Comfortable working in the nation's two official languages, Jean Gascon was one of the first of several stars to emerge from the Compagnons de Saint-Laurent and to go on to achievements that have been rarely surpassed in the long history of theatre in Canada.
He began to attract attention with friend and long-time collaborator, Jean-Louis Roux, while performing as an amateur in the Collège Sainte-Marie. Gascon studied medicine even while he pursued a career with the Compagnons. He was advised to go to study theatre in France, which he did in 1946 with Roux. The peculiar accent he absorbed there would colour his magnificent basso voice and the roles he played for the rest of his career.
When he returned to Canada in 1951, a burgeoning national theatre awaited him. Gascon, Roux, Eloi de Grandmont and several others founded the Théâtre du Nouveau Monde/TNM. Gascon became the company's first artistic director, frequent director and one of its leading actors. (A series of in-house awards given by the company to this day bears his and Roux's name.)
The Nouveau Monde also gave training but soon Gascon decided to extend the education offered there and helped form the National Theatre School of Canada which taught in French and English. Gascon was director of the school from 1960-63 as he continued to lead the Nouveau Monde in productions from the classical and modern repertories (Molière's L'Avare/The Miser, Shakespeare's Richard II, Brecht/Weill's Opéra de quat'sous/Threepenny Opera). The company also toured Europe, the United States and the rest of the country. Those who knew Gascon remember him as a first-class raconteur and his bawdy tales of the tours are legend.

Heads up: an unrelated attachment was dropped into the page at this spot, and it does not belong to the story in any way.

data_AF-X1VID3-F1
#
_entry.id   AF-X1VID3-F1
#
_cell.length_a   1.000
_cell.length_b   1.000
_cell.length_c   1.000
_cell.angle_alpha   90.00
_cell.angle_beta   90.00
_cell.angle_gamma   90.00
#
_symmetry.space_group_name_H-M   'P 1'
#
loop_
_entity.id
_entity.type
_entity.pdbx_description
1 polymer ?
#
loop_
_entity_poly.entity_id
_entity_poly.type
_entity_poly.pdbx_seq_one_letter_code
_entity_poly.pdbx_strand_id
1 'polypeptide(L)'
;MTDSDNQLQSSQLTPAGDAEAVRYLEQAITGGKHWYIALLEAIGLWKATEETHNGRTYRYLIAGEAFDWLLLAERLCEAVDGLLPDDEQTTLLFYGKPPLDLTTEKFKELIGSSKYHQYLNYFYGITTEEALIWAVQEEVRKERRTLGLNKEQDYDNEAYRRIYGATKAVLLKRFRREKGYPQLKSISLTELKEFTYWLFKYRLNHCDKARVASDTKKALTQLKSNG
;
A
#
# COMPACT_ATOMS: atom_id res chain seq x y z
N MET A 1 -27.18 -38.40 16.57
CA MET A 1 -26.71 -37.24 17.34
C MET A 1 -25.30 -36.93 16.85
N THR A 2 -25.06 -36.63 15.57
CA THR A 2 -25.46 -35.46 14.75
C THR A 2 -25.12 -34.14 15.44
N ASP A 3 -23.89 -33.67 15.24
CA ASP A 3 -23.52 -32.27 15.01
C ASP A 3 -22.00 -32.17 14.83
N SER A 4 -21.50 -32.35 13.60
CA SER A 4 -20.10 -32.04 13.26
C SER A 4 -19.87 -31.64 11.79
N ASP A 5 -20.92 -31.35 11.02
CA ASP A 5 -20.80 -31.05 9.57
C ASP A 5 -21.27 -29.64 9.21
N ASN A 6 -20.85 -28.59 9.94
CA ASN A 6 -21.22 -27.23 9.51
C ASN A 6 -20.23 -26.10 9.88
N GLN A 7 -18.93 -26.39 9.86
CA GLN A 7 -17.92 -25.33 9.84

Jean Gascon also acted with the Stratford Festival in 1956 while the Nouveau Monde performed three works in French at the Festival. He returned there to direct Othello and Comedy of Errors in 1959. In 1968 he became the company's artistic director until 1974. Stratford, under his tenure, grew and usually flourished, though his attempt to introduce contemporary European works into the season were less fruitful. However, Stratford toured very successfully including one stint in New York where Gascon's work as director on Feydeau's There's One in Every Marriage even melted the heart of critic John Simon who called the piece, "...joyously staged...a lambently innocent orgy of laughter..." Gascon took over the theatre wing of the National Arts Centre in 1977 before giving up the post due to illness in 1984. He continued, during the NAC years, to direct elsewhere including at the Théâtre Populaire du Québec and he served as consultant for the Citadel Theatre.
Gascon continued to teach, however, and also occasionally directed opera. He was in rehearsal for a return to Stratford to direct My Fair Lady when he suffered a heart attack and died.
Gascon received many of the nation's highest honours including the Order of Canada, the Prix du Québec, the Royal Bank Award and the Molson Prize.
He once said of the joys of working, "[As a director] I act a lot at rehearsals. I always want to play all the roles."
Viewings: Côté cour... côté jardin, National Film Board, 1953, dir: Roger Blais - backstage during a TNM performance of L'Avare/The Miser
L'Annonce faite à Marie, Radio-Canada, 1956, dir: Jean-Paul Fugère - a production of the Claudel play staged for television featuring Gascon.
The Players, National Film Board, 1974, dir: Donald Britten, 1974, about the Stratford tour to Australia with The Imaginary Invalid.
Profile by Gaetan Charlebois
Last updated 2012-06-14